TT is promoting the need for more vigilance and is offering preventative advice to procurement managers that covers such means as:

  • Forming strong, ongoing partnerships with trusted suppliers and thoroughly vetting all new suppliers
  • Implementing a code of conduct that explicitly forbids unethical and illegal procurement practices, including whistleblower protection
  • Verifying the provenance of all goods. All incoming goods should be accompanied by documentation such as bills of sale, invoices and shipping records
  • Initiating regular audits to be conducted by an external party and conducting particularly stringent due diligence when procuring high-risk goods, such as electronics or luxury goods
  • Engaging with law enforcement immediately if suspected stolen goods are identified

Yarwood emphasises the damage caused by theft, “A recent study by the University of Plymouth valued the cost of goods stolen in the UK alone during 2020 at £95.7m. However, the cost of the goods fails to take into account many other factors that impact on the businesses involved,” he highlights.  “Every theft costs the transporter wasted resource as that particular order was not delivered; survey costs to assess the value of the lost cargo are incurred and, most importantly, reputational damage occurs that may lead to the future loss of business. Moreover, insurance premiums will rise for all participants.”

The wider impact on society at large include the funding of criminal organisations, which leads to not only further freight crime but other criminal activity.  It is thought that the sale of stolen cargo has become one of the primary revenue streams for organised criminal groups around the world. Stopping, or at least reducing the market outlets for the proceeds of such thefts must become a priority of all supply chain participants.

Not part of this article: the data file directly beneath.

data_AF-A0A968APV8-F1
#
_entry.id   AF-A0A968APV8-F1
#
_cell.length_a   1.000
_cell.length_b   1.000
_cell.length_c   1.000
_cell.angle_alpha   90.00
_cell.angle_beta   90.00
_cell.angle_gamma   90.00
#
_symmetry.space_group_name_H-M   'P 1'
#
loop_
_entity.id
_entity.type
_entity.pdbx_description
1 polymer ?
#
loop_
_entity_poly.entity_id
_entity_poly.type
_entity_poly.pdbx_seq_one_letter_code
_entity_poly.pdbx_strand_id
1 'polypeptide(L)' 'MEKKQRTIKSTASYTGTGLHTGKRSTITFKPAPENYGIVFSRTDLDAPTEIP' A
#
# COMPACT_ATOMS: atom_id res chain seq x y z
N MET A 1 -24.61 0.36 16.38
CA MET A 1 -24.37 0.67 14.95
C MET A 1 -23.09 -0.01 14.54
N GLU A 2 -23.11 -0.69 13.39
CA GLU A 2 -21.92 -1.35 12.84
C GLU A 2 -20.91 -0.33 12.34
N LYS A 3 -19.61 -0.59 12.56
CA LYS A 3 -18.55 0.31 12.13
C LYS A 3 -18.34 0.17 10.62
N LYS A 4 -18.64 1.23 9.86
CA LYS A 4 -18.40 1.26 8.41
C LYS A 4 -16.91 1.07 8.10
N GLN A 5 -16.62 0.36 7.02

For further information please refer to TT’s lates Supply Chain Security Bulletin HERE

About TT Club

TT Club is the established market-leading independent provider of mutual insurance and related risk management services to the international transport and logistics industry. TT Club’s primary objective is to help make the industry safer and more secure. Founded in 1968, the Club has more than 1200 Members, spanning container owners and operators, ports and terminals, and logistics companies, working across maritime, road, rail, and air. TT Club is renowned for its high-quality service, in-depth industry knowledge and enduring Member loyalty. It retains more than 97% of its Members, with a third of its entire membership having chosen to insure with the Club for 20 years or more. www.ttclub.com

Graeme Sassarini to take over as Regional General Manager – Americas for TT Club

Leading insurance provider to the international freight and logistics sector, TT Club has announced a significant change to its New Jersey office leadership. After 29 years at Thomas Miller, TT’s management company, Leo Kirchner will retire at the end of June 2024. A period of leadership transition will commence in January 2024, with Leo continuing to provide support to Thomas Miller Americas for a further two years.

Leo Kirchner

Succeeding Leo as TT’s Regional General Manager – Americas from 1st January 2024 will be Graeme Sassarini, who has been with the company for 20 years and based in the New Jersey office since 2003. Graeme’s close working relationship with TT Members across the region will continue as he leads the Club’s further development of its risk mitigation services to the intermodal and maritime transport, as well cargo handling, sectors.

Graeme Sassarini